- Europe’s energy crisis is straining the solidarity of European economies.
- Energy rationing across the region could last for several years.
- Zinc and aluminum smelters are curbing production due to soaring energy prices.
A post in the Financial Times this week reported on comments made by Shell’s chief executive Ben van Beurden. In the article, Ben van Beurden focused mainly on the criticality of Europe’s energy crisis. “That this is going to be somehow easy, or over, I think is a fantasy that we should put aside,” Van Beurden stated. The Shell chief executive also warned that Europe might need to ration access to energy for several years, as the crisis confronting the region will likely last more than one winter. No doubt, this will test the solidarity of European economies – especially as they try to maintain a common collective in their response to Russia’s invasion of Ukraine.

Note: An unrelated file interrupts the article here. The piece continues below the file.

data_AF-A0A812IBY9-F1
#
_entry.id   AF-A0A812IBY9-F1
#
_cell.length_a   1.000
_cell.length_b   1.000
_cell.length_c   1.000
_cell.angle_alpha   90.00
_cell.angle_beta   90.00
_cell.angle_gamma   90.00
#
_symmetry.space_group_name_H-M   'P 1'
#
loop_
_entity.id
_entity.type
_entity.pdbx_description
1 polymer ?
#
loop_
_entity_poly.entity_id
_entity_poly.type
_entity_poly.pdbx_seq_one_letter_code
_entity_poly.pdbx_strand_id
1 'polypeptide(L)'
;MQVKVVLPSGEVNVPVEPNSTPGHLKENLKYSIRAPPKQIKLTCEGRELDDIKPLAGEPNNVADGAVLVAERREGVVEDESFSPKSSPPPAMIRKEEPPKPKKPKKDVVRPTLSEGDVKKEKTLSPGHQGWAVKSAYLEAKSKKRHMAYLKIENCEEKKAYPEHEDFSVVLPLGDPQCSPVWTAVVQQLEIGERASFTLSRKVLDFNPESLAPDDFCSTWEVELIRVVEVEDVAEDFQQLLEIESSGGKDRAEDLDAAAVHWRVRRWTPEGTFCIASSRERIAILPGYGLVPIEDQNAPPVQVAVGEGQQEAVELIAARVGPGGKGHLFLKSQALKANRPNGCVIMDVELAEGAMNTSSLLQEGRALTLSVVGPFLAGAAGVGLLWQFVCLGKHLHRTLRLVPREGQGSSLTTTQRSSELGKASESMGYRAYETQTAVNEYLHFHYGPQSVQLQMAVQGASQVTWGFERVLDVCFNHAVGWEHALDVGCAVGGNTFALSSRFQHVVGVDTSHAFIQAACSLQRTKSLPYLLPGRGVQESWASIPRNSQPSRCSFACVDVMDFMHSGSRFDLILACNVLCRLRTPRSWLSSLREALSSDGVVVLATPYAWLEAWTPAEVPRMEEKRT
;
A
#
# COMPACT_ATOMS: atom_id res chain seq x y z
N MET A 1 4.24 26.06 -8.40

Russia moved early to limit gas supplies to Europe this summer. As a result, Europe could not build up any gas inventory ahead of the winter season. With each turn of the supply screw, gas flow lessens, and market prices rise.
Energy Crisis in Europe Causing Energy Costs to Sky-Rocket
According to the FT Europe’s benchmark, gas prices rose almost a third last week. In fact, they hit more than €343 ($345) per megawatt hour on Friday. These numbers are more than 30 times higher than prices two years ago and more than ten times their current level in the US.
This will have inevitable consequences in both the short and long term. For example, limited supplies will force European governments to ration energy, with the main priority being keeping homes warm as the winter bites. Indeed, governments have already drawn up rationing plans at both the state and EU level. However, they can only estimate the severity of the winter weather and the level of demand.
Rising energy costs have meanwhile already impacted energy-intensive producers. This includes closures of aluminum and zinc smelting facilities, cement works, and fertilizer plants. Many experts warn that a combination of energy costs and rationing could severely impact production in the months ahead.
In the longer term, if van Beurden’s predictions prove right, high-power costs in Europe will undermine the region’s ability to export. This will prolong a recession already considered a forgone conclusion over the winter.